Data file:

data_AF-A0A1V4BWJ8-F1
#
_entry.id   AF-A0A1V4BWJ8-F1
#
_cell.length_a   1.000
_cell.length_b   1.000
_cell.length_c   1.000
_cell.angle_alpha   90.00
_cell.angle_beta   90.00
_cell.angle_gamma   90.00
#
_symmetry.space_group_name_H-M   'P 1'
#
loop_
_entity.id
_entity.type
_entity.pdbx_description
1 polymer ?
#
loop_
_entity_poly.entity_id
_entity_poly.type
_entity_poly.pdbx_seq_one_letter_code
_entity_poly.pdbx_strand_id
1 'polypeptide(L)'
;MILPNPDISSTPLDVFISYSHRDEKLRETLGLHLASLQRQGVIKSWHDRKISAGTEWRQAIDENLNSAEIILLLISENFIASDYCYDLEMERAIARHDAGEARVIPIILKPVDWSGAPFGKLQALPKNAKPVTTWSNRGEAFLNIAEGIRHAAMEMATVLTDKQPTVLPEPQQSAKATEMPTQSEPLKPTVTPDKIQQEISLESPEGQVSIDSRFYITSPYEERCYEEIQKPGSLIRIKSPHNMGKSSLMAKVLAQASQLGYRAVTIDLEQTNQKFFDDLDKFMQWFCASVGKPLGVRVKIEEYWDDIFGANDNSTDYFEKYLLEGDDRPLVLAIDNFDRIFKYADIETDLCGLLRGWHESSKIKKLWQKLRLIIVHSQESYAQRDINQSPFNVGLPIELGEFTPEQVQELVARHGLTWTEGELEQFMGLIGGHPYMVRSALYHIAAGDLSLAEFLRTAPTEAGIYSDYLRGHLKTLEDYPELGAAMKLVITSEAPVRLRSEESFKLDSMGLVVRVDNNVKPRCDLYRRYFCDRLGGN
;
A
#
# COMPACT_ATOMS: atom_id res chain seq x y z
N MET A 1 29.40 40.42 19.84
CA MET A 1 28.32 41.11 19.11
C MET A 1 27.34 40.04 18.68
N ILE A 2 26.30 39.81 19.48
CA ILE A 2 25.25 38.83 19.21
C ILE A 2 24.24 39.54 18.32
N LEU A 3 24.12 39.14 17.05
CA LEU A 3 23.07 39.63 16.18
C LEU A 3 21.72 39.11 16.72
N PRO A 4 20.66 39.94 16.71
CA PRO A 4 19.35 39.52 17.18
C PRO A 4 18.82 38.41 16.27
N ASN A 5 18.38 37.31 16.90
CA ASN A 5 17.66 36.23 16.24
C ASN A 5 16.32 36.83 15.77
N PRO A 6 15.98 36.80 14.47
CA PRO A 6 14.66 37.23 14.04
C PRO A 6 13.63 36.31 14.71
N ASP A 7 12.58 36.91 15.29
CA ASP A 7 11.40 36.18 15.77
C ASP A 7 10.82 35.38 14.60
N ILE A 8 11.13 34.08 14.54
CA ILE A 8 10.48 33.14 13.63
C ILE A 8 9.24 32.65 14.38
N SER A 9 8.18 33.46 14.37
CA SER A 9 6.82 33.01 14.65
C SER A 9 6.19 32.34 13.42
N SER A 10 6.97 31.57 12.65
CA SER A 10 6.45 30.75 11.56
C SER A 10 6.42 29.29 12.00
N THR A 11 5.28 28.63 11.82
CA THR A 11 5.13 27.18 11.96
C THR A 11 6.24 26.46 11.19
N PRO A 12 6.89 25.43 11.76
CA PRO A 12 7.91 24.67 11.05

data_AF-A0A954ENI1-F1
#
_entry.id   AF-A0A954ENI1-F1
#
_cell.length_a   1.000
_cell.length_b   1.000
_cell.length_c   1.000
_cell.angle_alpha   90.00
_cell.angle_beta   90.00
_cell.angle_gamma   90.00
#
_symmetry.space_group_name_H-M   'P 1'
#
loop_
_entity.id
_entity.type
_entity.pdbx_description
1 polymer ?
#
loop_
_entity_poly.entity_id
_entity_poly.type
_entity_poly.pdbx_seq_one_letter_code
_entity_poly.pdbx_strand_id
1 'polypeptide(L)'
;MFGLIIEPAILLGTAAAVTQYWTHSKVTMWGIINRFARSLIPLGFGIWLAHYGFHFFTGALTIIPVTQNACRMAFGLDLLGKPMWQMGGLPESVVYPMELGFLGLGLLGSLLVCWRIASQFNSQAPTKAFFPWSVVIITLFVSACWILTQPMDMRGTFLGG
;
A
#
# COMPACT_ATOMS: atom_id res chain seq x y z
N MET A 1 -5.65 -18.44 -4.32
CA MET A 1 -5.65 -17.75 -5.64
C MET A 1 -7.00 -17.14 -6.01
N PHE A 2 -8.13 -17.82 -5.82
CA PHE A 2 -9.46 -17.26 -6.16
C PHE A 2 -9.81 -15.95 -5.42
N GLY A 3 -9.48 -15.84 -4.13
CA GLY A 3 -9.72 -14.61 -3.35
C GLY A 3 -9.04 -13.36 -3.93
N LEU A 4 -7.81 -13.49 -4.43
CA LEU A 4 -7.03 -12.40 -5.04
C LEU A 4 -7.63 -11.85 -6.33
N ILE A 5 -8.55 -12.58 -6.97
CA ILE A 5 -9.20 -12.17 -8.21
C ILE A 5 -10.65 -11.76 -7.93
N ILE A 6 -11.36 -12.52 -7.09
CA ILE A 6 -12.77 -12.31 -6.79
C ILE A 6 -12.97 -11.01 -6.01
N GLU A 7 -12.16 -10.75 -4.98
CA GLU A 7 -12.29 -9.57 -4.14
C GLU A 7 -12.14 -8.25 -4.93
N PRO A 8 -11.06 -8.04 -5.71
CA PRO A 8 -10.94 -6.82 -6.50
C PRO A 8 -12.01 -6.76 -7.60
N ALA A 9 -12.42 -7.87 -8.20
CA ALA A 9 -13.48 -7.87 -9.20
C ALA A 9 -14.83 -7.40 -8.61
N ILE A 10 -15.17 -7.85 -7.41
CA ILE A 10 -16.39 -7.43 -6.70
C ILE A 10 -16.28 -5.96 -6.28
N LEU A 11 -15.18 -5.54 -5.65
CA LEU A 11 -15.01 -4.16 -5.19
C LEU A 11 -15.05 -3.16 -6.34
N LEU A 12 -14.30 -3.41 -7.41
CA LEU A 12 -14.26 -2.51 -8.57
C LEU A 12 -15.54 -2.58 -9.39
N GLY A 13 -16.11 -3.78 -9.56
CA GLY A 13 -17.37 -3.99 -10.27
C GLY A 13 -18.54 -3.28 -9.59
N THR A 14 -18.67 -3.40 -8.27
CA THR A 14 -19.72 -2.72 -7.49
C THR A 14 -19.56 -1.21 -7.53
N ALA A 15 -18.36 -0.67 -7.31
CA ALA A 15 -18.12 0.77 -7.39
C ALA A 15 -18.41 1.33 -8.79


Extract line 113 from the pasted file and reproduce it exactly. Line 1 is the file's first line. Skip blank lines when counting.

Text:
C ILE A 6 -12.97 -11.01 -6.01